Carolee Schneemann Finally Gets Her Due

Carolee Schneemann is not your average painter. Often referred to as a “first generation feminist artist”, she has long focused on how men and women view their bodies differently. She commonly appeared nude in her early works in order to present the female body as other than the object of male desire. After decades of critical disapproval, this year’s Venice Biennale recognized her with its lifetime achievement award.

Face to face with Murillo at the Frick

Just over a dozen of Murillo’s portraits survive, a handful of which are on show in New York. They are celebrated for their lively, naturalistic style. Included are two self-portraits – intended as advertisements of artistic prowess. One shows him young and in his pomp; the second as a weary single parent. Technical virtuosity is evident in both but the older image has a rarer quality – truthfulness. An excellent video is here.

31st October 2017

EASEL ESSAY Alexander Calder and the Optimism of Modernism: Jed Perl in Conversation with Morgan Meis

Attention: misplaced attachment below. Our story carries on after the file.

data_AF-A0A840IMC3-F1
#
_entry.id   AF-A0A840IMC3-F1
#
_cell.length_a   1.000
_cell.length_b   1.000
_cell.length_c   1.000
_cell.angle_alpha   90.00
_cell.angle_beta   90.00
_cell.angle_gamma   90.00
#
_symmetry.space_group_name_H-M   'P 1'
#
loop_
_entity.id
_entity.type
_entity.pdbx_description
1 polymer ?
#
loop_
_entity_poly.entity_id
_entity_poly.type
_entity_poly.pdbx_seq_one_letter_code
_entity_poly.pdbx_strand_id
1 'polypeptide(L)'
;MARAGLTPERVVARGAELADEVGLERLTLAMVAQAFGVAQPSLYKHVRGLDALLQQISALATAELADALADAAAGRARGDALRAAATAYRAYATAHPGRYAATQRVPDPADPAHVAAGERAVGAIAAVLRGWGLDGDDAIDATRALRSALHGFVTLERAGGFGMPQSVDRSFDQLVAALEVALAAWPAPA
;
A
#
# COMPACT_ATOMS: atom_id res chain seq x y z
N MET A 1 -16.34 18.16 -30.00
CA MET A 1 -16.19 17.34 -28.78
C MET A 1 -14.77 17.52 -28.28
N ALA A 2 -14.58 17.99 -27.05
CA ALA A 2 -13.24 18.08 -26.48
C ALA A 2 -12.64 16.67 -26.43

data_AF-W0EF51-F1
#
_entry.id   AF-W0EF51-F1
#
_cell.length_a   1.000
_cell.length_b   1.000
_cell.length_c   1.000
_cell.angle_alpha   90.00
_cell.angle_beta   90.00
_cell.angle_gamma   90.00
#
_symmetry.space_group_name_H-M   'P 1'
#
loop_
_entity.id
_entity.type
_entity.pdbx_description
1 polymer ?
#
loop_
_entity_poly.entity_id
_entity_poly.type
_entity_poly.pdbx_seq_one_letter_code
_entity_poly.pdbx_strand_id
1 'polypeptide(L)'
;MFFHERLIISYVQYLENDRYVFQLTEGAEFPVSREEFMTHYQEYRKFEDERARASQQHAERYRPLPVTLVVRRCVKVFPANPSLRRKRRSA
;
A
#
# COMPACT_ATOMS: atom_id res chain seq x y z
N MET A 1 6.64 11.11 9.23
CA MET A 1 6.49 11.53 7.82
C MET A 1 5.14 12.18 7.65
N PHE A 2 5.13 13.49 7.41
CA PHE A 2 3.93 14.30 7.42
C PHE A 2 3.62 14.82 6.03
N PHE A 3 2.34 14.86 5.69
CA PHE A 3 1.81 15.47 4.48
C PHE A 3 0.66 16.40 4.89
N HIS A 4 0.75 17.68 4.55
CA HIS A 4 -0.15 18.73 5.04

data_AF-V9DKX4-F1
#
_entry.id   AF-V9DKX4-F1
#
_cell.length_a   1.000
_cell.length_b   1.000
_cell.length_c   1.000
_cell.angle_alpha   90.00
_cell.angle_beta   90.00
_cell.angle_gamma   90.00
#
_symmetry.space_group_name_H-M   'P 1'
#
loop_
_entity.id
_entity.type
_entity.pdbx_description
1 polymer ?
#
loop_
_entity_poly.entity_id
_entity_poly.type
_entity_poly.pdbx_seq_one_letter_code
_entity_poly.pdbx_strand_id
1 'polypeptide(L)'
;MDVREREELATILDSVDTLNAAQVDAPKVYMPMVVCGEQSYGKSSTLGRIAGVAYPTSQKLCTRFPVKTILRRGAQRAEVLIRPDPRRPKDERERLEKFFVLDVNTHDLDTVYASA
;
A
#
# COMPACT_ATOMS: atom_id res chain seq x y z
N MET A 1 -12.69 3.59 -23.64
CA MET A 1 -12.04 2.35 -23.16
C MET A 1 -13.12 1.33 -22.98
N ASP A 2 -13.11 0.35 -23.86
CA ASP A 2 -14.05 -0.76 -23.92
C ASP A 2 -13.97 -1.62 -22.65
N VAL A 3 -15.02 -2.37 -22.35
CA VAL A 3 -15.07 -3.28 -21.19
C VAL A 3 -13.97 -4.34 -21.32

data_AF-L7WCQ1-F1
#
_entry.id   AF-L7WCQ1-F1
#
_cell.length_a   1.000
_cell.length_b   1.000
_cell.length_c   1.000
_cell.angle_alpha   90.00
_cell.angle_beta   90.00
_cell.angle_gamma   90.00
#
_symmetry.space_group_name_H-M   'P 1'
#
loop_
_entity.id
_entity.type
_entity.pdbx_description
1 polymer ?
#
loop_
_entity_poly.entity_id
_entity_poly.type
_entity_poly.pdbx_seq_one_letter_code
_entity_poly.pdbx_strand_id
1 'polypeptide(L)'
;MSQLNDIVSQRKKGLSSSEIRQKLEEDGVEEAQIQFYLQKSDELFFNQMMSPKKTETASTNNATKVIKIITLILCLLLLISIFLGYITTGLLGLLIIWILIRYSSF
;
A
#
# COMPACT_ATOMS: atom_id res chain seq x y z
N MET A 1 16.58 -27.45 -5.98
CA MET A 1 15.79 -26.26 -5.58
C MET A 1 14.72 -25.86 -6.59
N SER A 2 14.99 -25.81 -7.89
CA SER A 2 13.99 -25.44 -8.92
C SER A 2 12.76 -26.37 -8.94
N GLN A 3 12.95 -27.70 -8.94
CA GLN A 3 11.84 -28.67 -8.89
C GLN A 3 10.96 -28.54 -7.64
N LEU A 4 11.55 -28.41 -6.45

In the view of renowned US author and critic Jed Perl, Alexander Calder remains America’s greatest sculptor. Easel Contributing Editor Morgan Meis recently talked to Perl about his biography of Calder (“Calder: The Conquest of Time: The Early Years: 1898-1940″) the first volume of which has just been published.

“When so many emigres arrived from Europe – artists, writers – the Calders were the go-to people even for those they didn’t already know… In a larger metaphoric sense that is part of what mobiles are about. The Calders loved dancing. On New Year’s Eve, the Calders would entertain their friends at their house in Roxbury, Connecticut, and they would all still be dancing wildly in the early hours. You can see the connection between that social dancing and the idea of a mobile. Mobiles are about a sense of community, a sense of connectedness, the relations between people, the way parts go together.”

Image: Alexander Calder Vertical Foliage, 1941 © 2017 Calder Foundation, New York / Artists Rights Society (ARS), New York

How Cezanne rescued the portrait: the UK’s exhibition of the year

Isolated in Aix-en-Provence, Cezanne struggled to express in paint what he truly saw. This quest impacted his portraits just as much as his famed landscapes. Early youthful romanticism give way to later exuberant use of colour. And then came his multiple portraits of his wife, “by turns casual and straightforward, stylised into flattened shapes … complex and dissonant”. Beyond this “painterly evolution” lay the path to modern art.